In mid-September we were informed that part of the Naaman salt marsh* was to undergo intensive agricultural development. Israel's Nature and Parks Authority asked the staff of the Botanical Garden to collect rare plant species from the area that is expected to be affected.Tal Levanony, the Garden's curator, and Samuel Ratta from the gardening team, collected numerous plants of five species, which were laboriously pulled out from the dry, clayish soil typical of this habitat. The plants were brought back along with local soil collected on site, which was used as a potting medium and a source for any additional seeds that may sprout later on. The collection of Israeli plants in the Garden includes a salt marsh plot, which so far has represented mostly desert salt marshes. Now this area also features plants from the Naaman salt marsh, which is a wet, coastal-plain saltmarsh (the salinity is caused by flooding and evaporation), characterized by clayish, heavy, muddy soil. In preparation for planting, part of the area was dug to a depth of 30-50 cm, a PVC sheet was used to line the bottom, and soil collected from the Naaman salt marsh was spread on top of it. We have thus created an area that resembles the original habitat, minimizes infiltration and enables us to display the plants while also conserving and cultivating their original genetic material. The rare species of the Naaman salt marsh, such as Salsola soda and Suaeda splendens, join approximately 270 plants known as "red species" – threatened plants on the verge of extinction – and constitute part of Tel Aviv University's refuge plant collection.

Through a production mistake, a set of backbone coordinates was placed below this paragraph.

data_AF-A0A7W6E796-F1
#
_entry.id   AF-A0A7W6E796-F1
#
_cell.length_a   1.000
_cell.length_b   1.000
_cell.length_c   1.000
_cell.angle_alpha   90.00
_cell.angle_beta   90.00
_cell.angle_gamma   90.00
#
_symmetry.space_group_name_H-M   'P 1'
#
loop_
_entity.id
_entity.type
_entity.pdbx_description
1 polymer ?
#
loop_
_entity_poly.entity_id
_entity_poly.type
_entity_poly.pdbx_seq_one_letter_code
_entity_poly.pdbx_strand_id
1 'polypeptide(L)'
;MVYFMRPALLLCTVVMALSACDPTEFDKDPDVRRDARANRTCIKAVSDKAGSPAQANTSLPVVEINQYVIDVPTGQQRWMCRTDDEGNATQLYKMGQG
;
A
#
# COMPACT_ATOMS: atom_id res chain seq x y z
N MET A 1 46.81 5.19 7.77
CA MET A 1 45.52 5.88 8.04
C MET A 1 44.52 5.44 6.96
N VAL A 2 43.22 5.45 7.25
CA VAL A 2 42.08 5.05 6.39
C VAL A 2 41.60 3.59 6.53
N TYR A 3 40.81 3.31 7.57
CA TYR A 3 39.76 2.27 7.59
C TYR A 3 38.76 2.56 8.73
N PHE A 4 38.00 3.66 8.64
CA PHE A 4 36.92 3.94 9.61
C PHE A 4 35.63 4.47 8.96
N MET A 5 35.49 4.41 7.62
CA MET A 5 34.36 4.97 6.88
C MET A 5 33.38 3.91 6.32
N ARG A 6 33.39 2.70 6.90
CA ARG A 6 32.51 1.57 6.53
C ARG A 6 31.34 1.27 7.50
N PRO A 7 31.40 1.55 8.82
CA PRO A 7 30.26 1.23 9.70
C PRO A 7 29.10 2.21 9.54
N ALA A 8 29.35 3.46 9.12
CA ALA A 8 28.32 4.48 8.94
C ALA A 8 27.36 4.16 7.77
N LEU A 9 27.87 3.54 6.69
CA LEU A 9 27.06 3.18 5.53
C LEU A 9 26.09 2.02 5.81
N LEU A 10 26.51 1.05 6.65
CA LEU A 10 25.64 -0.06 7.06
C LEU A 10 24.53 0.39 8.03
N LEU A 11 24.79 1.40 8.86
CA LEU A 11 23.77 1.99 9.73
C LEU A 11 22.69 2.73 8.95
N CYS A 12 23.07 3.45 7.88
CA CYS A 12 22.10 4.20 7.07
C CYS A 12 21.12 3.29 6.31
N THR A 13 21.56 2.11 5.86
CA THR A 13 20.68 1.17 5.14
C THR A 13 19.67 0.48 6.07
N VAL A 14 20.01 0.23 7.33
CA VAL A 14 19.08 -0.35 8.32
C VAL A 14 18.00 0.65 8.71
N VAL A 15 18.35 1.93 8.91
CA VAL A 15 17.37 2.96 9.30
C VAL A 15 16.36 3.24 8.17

A salt marsh is an area in which the soil contains high concentrations of soluble salts. Such areas support unique ecological systems composed of plants and animals that are adapted to living under harsh saline conditions.

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